The pleasures in Krazy Kat come from the visuals as much from the writing. Krazy talks in a kind of pigeon dialect. Pupp is always Offissa Pupp and he calls Ignatz “dollin’”. Sometimes what he means can be obvious – “Us Kets is so iffrayed of watta, it’s so wed.” And sometimes it’s completely indecipherable. The visual style is equally varied, and one never gets the feeling one gets from some strips like Nancy that individual panels could be randomly spliced in from other strips without anyone being able to tell the difference. One of Herriman’s most fun visual habits is completely shifting the background from panel to panel. A conversation that beings on a high mesa in the next panel is beside a hill with a tree, then is at the foot of a mountain, then concludes in what might be Monument Valley. Herriman’s inventive backgrounds bring to mind Mars as much as they do the desert landscapes of Arizona, where he kept a summer home.
The graphic styling of cartoonists from long ago can take some getting used to, and it may take some reading to get the feeling for exactly what the heck one is looking at. That being said, the reprints in this LOAC collection are some of the cleanest Herriman’s available. The lines are sharp and there not a hint of smudginess in the presentation. Unfortunately, the accompanying essay, which is fine and discusses Herriman’s circumstances in the year creating this strip (mostly in the offices of film producer Hal Roach) doesn’t describe where the copies of this strip came from. Finding old comics isn’t always easy for the publishers putting out these volumes, and they often rely on the collections of private owners for sourcing their reprints.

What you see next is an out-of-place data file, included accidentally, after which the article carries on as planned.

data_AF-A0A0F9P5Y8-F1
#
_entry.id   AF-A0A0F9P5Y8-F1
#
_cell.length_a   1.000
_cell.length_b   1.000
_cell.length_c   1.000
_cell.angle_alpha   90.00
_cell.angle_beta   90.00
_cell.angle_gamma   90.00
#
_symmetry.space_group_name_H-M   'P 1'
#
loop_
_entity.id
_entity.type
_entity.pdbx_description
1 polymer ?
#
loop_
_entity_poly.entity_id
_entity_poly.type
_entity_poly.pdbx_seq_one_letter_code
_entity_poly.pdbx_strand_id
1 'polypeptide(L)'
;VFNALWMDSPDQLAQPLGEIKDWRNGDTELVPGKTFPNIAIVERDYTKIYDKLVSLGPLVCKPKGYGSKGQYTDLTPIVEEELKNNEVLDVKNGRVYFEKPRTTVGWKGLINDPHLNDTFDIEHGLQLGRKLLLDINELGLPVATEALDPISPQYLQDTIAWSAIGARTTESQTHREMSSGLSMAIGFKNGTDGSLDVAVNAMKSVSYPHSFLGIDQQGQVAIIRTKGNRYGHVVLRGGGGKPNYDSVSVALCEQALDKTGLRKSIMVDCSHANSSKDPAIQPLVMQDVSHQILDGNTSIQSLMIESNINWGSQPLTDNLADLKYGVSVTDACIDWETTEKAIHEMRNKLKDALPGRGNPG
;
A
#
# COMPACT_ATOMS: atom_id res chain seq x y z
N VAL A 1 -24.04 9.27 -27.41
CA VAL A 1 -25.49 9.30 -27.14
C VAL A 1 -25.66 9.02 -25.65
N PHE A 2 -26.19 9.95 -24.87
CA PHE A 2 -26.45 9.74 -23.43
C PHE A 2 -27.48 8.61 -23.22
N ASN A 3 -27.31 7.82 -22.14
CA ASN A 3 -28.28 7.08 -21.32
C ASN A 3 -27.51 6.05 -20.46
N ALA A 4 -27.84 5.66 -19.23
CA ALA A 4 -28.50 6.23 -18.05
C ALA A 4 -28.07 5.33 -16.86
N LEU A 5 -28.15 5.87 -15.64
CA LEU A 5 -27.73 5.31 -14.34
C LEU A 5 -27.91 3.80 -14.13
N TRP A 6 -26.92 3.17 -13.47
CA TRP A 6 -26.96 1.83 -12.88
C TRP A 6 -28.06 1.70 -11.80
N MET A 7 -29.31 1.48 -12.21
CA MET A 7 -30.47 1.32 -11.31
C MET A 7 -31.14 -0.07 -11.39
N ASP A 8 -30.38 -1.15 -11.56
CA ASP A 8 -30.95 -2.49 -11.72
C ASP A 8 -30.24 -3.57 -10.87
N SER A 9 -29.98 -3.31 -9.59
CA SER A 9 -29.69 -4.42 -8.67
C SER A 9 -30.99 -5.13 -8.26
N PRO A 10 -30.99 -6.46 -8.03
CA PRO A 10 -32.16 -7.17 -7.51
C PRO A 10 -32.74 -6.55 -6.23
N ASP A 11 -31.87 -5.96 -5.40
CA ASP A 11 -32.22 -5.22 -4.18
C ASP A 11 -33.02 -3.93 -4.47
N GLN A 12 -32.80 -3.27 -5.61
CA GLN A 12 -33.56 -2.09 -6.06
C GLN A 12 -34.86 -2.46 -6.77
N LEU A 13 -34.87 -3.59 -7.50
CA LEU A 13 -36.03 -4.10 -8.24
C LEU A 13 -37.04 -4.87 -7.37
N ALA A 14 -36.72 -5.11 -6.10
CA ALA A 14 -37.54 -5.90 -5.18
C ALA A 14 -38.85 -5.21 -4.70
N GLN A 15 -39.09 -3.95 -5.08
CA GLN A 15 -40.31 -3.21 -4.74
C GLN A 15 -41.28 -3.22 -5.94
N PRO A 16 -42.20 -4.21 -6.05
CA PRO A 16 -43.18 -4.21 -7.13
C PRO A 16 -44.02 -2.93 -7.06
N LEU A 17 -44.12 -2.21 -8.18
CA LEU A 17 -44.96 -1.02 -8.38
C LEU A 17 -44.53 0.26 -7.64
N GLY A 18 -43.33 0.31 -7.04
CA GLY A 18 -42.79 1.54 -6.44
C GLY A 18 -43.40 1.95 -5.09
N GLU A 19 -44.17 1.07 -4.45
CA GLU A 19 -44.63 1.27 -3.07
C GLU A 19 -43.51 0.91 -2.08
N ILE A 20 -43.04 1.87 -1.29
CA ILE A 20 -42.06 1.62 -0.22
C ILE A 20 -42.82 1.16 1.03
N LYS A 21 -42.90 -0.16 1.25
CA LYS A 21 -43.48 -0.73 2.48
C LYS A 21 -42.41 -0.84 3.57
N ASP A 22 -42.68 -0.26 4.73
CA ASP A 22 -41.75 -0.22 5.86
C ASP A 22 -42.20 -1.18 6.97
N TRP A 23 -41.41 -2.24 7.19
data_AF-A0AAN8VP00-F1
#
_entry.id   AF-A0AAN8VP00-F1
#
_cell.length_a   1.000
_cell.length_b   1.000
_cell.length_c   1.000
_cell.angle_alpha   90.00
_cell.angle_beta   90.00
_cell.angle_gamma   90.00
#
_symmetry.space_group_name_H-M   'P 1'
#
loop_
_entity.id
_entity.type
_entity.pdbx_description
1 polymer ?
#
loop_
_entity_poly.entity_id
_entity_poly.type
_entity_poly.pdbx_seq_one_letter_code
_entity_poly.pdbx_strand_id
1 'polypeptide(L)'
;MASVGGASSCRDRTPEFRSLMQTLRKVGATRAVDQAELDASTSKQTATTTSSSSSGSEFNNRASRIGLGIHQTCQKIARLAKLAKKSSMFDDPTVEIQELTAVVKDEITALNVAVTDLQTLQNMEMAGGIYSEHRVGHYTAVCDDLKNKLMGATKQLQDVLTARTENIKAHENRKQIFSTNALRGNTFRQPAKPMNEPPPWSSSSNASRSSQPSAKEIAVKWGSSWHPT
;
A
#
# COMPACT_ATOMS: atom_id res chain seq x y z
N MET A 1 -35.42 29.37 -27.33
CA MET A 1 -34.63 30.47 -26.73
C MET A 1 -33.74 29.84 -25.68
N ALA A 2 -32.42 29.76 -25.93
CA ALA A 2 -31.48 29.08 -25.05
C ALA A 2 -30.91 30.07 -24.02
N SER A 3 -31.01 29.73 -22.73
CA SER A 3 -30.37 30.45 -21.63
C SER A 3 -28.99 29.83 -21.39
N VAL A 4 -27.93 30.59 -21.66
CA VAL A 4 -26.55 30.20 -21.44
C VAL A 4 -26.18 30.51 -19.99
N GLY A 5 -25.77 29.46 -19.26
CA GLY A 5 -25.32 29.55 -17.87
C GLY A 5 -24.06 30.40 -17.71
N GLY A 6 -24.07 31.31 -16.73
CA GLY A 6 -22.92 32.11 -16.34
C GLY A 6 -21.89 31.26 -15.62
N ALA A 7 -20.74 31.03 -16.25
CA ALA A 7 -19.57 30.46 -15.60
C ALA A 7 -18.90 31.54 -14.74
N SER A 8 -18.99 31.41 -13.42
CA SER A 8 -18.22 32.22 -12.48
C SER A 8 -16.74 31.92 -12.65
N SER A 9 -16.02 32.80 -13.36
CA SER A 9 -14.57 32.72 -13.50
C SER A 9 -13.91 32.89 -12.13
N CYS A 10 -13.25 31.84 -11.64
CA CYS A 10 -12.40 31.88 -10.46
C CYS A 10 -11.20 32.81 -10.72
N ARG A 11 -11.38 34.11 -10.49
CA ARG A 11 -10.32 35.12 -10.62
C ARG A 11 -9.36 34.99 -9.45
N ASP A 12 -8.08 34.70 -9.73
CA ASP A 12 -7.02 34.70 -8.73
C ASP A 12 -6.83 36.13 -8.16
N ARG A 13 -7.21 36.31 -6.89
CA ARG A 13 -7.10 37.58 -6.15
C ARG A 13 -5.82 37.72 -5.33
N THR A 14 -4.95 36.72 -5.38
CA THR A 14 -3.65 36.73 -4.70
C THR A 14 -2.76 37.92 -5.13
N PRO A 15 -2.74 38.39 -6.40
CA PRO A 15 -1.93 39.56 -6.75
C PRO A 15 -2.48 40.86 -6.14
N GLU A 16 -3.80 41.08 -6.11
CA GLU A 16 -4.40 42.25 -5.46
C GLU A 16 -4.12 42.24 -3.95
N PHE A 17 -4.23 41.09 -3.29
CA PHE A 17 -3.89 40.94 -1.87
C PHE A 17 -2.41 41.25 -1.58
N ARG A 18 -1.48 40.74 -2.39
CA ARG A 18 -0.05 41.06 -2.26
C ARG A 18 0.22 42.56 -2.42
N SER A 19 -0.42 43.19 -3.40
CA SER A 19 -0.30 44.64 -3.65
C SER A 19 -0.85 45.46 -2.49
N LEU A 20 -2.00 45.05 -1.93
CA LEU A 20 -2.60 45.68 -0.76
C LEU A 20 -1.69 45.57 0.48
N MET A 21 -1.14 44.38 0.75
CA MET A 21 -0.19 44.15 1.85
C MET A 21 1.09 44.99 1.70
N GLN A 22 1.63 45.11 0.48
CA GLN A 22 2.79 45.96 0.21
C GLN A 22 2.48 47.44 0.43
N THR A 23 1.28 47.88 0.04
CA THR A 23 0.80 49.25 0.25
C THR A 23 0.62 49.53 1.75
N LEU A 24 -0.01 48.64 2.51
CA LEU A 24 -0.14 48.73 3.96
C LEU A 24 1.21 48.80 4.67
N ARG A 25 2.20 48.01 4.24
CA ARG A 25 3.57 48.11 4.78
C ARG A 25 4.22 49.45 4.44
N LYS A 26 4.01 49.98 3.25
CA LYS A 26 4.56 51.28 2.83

The printed form of the LOAC Essentials books are unusual – the paper is high quality newsprint, and each strip is given its own page (this collection is 333 pages long, including about 14 pages of essay and front matter). It’s also printed long, 11.5” to better replicate the original form of the printed comics. It’s a tradeoff – turning the page every two comics isn’t convenient, and the length of the book when opened, nearly 2 feet long, makes reading physically cumbersome. But it’s also a unique comic reading experience, which preserves the feeling of reading the comic in its original newspaper form.
Its unique properties and premium price make it clear that this is a product for enthusiasts. Someone new to Krazy Kat might be better off starting with a Sunday compilation to try and see if they can appreciate the warped perspectives and the humor which is somehow at once off-the-wall and low-key. For the initiated, though, this is both an entertaining read (of course) and a welcome new perspective on a beloved character, getting to see in one place and for an entire year what the crazy cohabitants of Coconino County get up to for the rest of the week, when they aren’t putting on their Sunday show. LOAC has, heretofore, only been publishing single collections of the various strips in the Essentials Collections. Here’s hoping, if they ever begin to double dip, they start with more Krazy.